Removing small dents from wood

It’s all too easy when working with timber to damage it, for example, missing with your hammer and leaving hammer rash all over your nicely planed timber. So, what’s the best way to go about removing dents from wood?

Well, we could use some filler; if the timber is being painted then it’s not going to show, but if the finished piece is going to be stained, oiled or left un-coated, then the filler is going to stick out like a sore thumb.

We could sand the timber down to get rid of the indentation, however, if you’re already at your finished thickness then this will reduce the thickness of the timber, and if you’ve got a big indentation, then your nice flat timber surface will more than likely end up slightly dipped, as you concentrate sanding in the area of the dent.

Oh and if you do keep missing with your hammer causing all manner of hammer rash in your work, then please do give your hammer a clean.

So, how DO I get a dent out of timber?

There are a couple of methods you can use to remove dents from timber, we’ll start with the easiest first, not that any of these methods are really difficult.

A wet cloth or rag

The easiest way is to use a wet rag. Soak the rag (kitchen towel works best) in water and then simply place the clothe or rag over the indentation.

Leave the wet rag in place for ten to fifteen minutes or so and you should, when you remove the rag, have no dent in the timber. If you can still see the indentation, then it’s usually because it’s been a pretty big dent, but the rag and water should have reduced it somewhat.

Steam iron

Another method is to use a steam iron. It’s a bit more fiddly than using just a wet rag but it does tend to produce quicker results, as the steam is forced into the wood rather than gradually pooling on the surface, before being absorbed by the timber when the simpler wet rag method is used.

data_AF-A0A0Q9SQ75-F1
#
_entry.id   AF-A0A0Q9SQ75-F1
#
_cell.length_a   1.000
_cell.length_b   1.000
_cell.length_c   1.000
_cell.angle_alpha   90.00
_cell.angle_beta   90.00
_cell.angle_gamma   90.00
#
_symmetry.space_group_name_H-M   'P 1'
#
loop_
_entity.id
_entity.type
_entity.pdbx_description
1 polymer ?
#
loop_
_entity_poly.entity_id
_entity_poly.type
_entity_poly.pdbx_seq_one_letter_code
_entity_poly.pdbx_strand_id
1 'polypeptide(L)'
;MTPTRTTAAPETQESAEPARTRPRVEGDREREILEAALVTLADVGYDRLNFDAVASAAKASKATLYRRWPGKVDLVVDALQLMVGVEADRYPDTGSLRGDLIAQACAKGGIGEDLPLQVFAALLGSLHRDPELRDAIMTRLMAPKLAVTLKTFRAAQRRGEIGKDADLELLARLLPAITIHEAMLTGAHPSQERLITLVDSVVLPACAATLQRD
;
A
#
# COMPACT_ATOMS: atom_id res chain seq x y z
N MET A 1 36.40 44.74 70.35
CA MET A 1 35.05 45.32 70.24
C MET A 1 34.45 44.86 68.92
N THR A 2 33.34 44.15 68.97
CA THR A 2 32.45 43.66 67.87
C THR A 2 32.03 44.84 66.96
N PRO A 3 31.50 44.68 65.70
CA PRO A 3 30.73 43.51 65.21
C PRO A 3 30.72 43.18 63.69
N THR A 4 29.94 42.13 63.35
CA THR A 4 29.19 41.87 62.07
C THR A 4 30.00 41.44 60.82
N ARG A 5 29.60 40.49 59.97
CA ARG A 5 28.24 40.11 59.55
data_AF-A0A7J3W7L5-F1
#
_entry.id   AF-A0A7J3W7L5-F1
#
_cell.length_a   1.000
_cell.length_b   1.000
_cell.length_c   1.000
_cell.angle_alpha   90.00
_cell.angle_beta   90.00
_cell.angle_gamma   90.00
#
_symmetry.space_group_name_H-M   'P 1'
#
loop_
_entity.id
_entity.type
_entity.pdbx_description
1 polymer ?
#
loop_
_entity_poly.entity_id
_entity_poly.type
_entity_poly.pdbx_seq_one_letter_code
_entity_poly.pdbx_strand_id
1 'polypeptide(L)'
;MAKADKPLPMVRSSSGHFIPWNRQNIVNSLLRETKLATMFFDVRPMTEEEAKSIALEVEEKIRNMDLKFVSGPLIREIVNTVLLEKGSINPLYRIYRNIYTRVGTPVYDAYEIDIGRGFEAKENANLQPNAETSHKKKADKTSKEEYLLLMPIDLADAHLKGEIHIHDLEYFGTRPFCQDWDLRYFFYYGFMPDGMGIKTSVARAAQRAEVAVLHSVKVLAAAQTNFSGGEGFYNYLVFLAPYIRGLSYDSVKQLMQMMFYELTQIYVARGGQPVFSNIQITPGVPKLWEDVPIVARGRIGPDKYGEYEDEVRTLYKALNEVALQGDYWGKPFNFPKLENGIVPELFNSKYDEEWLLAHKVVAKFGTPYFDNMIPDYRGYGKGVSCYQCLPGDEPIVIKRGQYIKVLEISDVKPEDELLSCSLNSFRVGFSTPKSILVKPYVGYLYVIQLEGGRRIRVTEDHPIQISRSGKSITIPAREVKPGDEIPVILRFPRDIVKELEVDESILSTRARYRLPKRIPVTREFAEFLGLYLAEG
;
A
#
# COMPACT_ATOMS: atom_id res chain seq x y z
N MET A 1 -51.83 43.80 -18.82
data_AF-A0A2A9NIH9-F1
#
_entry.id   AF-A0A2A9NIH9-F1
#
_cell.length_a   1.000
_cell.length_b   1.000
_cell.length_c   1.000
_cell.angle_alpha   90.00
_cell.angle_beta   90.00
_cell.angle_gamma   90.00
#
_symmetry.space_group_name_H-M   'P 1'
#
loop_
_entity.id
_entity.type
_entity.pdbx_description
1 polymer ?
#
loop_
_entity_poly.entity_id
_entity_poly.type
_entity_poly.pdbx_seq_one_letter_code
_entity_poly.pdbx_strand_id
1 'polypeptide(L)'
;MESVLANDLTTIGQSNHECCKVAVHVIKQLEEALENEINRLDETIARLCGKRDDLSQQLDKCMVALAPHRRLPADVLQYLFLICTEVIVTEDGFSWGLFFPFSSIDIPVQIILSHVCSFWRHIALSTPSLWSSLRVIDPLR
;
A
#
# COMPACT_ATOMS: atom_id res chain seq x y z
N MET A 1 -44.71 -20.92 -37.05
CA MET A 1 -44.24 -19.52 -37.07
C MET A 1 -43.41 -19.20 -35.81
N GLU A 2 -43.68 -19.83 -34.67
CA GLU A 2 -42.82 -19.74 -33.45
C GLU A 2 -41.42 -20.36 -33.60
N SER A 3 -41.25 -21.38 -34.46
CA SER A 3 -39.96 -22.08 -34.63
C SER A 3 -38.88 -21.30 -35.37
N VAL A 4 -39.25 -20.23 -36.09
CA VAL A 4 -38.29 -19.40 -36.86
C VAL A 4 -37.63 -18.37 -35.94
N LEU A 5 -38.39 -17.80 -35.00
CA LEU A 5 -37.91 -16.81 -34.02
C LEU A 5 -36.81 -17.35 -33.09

Using a steam iron is a better option for longer and/or wider indentations in timber; you still won’t be able to remove all indentations, however, as when the timber has absorbed all the water it’s going to absorb, you’ll get no further movement. So again, it all depends on how deep the dent in the timber is in the first place.

Just remember to keep the iron moving or you’ll put nice burn marks on the timber as well!

Dented timber

Dented timber prior to steam ironing

Dent in timber removed with steam iron

Dent in timber gone in no time after steam ironing.

Will this work on all timber with dents?

This trick won’t work on any timber that has been coated with paint, stain, oil or anything that stops the timber from absorbing the water; if the water cannot get into to the timber, then it cannot lift the grain to fix that dent or indentation.

If your using already sodden timber then you’ll again struggle to see any results.

You’ll also have best results with less dense timbers. For example, Scandinavian Redwood, commonly used in the UK for manufactured joinery, will absorb the moisture quite readily and the indentation will be gone in no time.

Try the same thing in Oak, and you will be able to get rid of smaller dents in most cases but will more than likely fail with larger indentations that would be removed in say Scandinavian Redwood.

Still, you should get most of the indentation out and you may have to remove the remainder with a spot of sanding.

Dented Oak

You’ll have mixed results with dense timbers like Oak

Try the same thing in Accoya and you’ll have no luck whatsoever, as the Accoya is a timber that has been modified so it does not absorb moisture.

The plus point to this is that it moves very little with moisture and, as it doesn’t absorb water, it doesn’t rot.

Unfortunately, this is not so good if you want to remove dents with water!

Dented Accoya

However much you try, this won’t work with Accoya!

How does this timber dent repair work?

Timber is hygroscopic, meaning that it has the ability to both release and absorb water. By soaking or steaming the dent in the timber with water, the timber absorbs the moisture, so the grain lifts as the timber expands.

This is the same reason why if you leave a nicely planed piece of timber outside and it rains, the nice smooth finish is, to an extent, removed as the grain of the timber has lifted.

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